Jester_6

New member
Thanks for that! Its great knowing I can use flemish string on my recurve! I know it requires a bit more skill to make, but it will be excellent practice! And I do believe that the 452x string has little to no creep which is great. I'll try upload some pics of my first few attempts
 

Timid Toad

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I'd still wait until someone with experience of 452x chips in to let you know it is safe.
 

darthTer

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Years ago I queried using 452x material on a recurve with BCY direct.

They stated there was absolutely no reason not to use it, providing the limb tips were reinforced. There was no mention of specific strand counts other than the norm that applies to all bows.

I'm pretty sure that Border Bows have also confirmed no issues with using 452x with their products.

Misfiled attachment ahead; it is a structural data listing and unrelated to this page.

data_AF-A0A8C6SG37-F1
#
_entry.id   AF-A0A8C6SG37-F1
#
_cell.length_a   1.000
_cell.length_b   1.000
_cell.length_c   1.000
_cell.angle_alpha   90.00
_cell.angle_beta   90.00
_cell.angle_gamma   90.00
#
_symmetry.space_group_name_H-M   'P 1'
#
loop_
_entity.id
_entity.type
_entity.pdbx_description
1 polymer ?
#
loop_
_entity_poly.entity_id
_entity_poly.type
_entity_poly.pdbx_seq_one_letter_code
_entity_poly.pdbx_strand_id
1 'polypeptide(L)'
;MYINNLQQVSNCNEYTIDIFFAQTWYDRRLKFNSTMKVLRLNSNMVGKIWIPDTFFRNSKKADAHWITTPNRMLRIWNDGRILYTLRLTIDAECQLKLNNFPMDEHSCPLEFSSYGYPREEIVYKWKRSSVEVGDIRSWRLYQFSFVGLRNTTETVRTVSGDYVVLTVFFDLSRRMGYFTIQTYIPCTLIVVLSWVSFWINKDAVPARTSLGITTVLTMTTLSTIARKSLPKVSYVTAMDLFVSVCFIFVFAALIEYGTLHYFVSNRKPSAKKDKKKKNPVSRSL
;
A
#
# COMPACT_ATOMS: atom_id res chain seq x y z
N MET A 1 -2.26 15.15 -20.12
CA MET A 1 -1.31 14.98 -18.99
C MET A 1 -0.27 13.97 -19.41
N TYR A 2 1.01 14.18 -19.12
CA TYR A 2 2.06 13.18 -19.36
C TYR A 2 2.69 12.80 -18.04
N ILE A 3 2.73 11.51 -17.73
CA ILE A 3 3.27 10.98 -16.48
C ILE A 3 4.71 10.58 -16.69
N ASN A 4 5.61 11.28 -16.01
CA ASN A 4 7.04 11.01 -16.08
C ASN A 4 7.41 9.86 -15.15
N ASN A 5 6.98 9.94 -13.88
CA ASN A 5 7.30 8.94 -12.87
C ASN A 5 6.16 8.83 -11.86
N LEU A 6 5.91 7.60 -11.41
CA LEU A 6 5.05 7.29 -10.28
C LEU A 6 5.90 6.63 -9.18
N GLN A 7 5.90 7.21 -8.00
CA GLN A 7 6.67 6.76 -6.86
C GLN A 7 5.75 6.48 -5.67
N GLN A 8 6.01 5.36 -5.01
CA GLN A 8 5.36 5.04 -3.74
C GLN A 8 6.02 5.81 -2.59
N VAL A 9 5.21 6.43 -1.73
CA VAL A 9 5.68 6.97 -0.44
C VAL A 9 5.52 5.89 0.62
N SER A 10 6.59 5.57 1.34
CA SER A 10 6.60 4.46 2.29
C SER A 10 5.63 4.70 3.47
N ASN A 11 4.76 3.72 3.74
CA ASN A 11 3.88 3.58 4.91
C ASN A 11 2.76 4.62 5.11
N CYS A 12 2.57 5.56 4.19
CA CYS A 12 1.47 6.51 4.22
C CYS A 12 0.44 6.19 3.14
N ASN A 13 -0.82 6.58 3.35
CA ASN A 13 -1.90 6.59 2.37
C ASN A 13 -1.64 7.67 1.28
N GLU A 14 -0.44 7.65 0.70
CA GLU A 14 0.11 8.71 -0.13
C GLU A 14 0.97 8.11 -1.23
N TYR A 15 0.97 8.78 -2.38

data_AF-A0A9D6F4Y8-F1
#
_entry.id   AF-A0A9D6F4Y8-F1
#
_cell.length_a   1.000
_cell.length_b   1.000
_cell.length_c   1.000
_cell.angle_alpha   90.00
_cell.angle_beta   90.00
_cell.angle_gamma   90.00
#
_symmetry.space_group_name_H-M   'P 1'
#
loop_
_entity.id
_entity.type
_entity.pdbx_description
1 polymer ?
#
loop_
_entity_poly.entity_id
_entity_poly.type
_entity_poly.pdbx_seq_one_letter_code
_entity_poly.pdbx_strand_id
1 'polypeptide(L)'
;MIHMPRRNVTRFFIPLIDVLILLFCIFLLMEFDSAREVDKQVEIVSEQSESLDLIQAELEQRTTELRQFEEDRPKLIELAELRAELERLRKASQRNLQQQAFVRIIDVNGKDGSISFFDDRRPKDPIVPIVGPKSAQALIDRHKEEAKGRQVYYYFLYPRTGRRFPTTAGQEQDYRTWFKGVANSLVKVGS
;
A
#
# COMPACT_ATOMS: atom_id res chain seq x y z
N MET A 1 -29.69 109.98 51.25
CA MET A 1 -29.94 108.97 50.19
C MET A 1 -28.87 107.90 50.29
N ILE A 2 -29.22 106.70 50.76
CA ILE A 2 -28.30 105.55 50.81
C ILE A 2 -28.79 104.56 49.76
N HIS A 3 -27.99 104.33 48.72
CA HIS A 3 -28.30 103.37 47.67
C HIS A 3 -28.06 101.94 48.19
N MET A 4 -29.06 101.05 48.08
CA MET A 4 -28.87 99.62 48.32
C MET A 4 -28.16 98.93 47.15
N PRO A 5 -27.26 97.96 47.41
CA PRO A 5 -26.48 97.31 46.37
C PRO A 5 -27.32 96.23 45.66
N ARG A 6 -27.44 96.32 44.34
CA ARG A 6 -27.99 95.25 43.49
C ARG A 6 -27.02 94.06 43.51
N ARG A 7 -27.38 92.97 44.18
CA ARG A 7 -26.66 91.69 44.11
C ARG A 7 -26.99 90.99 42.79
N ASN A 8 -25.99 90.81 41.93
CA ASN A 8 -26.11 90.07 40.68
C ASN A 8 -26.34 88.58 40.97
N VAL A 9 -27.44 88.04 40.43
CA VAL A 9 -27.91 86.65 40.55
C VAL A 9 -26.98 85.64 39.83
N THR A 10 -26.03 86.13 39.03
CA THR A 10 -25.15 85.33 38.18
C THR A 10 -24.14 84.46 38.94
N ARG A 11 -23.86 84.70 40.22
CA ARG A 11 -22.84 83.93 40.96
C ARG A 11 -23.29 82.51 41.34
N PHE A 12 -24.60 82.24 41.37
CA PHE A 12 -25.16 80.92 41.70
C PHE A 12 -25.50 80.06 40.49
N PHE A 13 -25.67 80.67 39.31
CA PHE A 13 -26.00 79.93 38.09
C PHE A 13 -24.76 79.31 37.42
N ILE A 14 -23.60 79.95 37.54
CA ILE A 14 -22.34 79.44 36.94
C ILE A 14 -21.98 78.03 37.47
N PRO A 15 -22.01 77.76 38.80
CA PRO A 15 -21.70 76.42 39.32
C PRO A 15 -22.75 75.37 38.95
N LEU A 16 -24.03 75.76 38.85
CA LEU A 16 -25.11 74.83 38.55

Jester_6

New member
Thanks darth! I'm glad to hear that. The FAQ on their website also refute any problems. From what I gather a lot of people are apprehensive to use it but I have not found one case so far of anything negative happening to a bow with reinforced tips.

I'll be starting off with a flemish twist using 452x and then move over to continuous loop and compare the results.

thanks to you all for giving clarity on my string issues, however I am still curious about the serving. Can I use end loop serving as center serving or will I have to go out and get serving specifically branded as centre serving?
 

darthTer

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From what I gather a lot of people are apprehensive to use it but I have not found one case so far of anything negative happening to a bow with reinforced tips.